by Bethany Cotton, Conservation Director for Cascadia Wildlands
Originally published in The Register-Guard, July 31, 2022
Adequately describing just how destructive the last 10 days of the Supreme Court’s term was for our democracy, constitutional rights and the work to address and adapt to climate change is a murky task. The court’s disastrous spring term makes several things clear, not least of which is that we cannot rely on a group of nine people in robes to save our democracy or our climate. Indeed, the court has morphed into one of the greatest threats to civil rights and a livable future.
For the first time in history, last month the court stripped the people of a constitutional right, denying bodily autonomy to half of Americans. The language in the Dobbs decision overturning Roe v. Wade imperils other fundamental rights as well: the right to marry who you love regardless of race or gender identity, access to contraception and all freedoms grounded in the right to privacy. This dangerous suite of opinions includes a decision undermining the Environmental Protection Agency’s authority to regulate climate pollution from power plants. Marginalized people and communities will bear the brunt of the malicious impacts of these decisions as they are disproportionately affected both by lack of access to health care and climate impacts.
As legal historian and law professor Mary Ziegler writes, the Dobbs decision “shows that the Supreme Court reflects and reinforces the dysfunction and ugliness of our politics — and does so at a time when faith in democratic institutions is already fraying.”
As an attorney, I used to believe that the court was an important, relatively apolitical check on executive and legislative power. Decisions like 2015’s Obergefell affirming the right to gay marriage gave me hope that the arc of the moral universe did indeed bend toward justice, sometimes with the help of the Supreme Court. If that were ever true, it certainly is not today. We must cease to rely on powerful people in unaccountable lifetime positions to safeguard our rights. We must rescue ourselves by acting at the local, regional and state levels.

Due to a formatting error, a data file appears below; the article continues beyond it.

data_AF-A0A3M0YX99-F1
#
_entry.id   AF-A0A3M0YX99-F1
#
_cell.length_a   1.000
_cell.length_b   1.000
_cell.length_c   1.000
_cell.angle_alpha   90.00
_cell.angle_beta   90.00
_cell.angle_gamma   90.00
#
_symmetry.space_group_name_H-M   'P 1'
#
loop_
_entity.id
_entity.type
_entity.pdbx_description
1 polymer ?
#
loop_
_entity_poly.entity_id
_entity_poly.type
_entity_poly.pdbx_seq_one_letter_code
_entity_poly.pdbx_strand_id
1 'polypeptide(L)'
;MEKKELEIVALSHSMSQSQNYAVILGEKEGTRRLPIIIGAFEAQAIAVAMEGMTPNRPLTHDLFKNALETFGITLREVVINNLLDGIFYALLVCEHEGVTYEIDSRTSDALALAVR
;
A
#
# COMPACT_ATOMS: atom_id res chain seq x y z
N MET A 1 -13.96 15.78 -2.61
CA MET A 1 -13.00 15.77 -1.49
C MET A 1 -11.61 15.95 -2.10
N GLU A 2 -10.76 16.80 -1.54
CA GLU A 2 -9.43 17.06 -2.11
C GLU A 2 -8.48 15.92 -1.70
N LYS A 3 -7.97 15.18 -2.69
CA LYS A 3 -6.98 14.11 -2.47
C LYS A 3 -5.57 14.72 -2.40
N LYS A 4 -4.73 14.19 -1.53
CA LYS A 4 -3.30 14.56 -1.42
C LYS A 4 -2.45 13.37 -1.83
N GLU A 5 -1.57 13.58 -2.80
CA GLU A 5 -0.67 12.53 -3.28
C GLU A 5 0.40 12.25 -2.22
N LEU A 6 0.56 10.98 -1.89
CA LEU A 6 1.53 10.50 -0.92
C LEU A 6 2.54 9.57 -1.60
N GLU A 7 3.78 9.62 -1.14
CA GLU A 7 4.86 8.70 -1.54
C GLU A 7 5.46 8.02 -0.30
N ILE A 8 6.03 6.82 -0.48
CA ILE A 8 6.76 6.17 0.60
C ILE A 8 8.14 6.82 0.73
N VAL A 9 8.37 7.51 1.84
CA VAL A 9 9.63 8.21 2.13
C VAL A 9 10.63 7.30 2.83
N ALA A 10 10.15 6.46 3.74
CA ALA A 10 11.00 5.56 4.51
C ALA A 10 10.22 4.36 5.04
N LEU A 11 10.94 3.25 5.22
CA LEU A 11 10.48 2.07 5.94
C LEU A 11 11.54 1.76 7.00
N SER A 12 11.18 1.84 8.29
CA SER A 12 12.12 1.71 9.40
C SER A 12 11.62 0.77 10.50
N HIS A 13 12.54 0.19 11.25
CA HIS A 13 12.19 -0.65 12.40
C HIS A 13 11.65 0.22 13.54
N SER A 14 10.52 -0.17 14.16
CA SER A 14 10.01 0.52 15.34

While we Pacific Northwesterners join most of the country in coping with another scorching heatwave — many of us without access to air conditioning — we should recognize that this will be the coolest summer for the rest of our lives. We are experiencing the consequences of climate inaction now. More dithering from our representatives — like certain Eugene City Councilors who insist they are climate champions yet vote against proposals to address climate change — will only lock in hotter summers, higher wildfire risk, ocean warming and other climate impacts that threaten our communities, health and wild places.
It’s time for the City of Eugene to pass robust ordinances requiring new buildings to be all-electric. It’s essential for the state to distribute air conditioners and air filters and roll out the $25 million electric heat pump incentive program approved in 2022 legislative session with all possible haste. And it’s imperative that we end logging of our remaining mature and old growth forests — our region’s greatest climate defense. We must act to safeguard our rights and the planet, including locally. Our future depends on us all doing our part.
Born, raised and educated in Oregon, Bethany Cotton is an environmental attorney and the Conservation Director for Cascadia Wildlands, cascwild.org. She’s a regular contributor to The Register-Guard.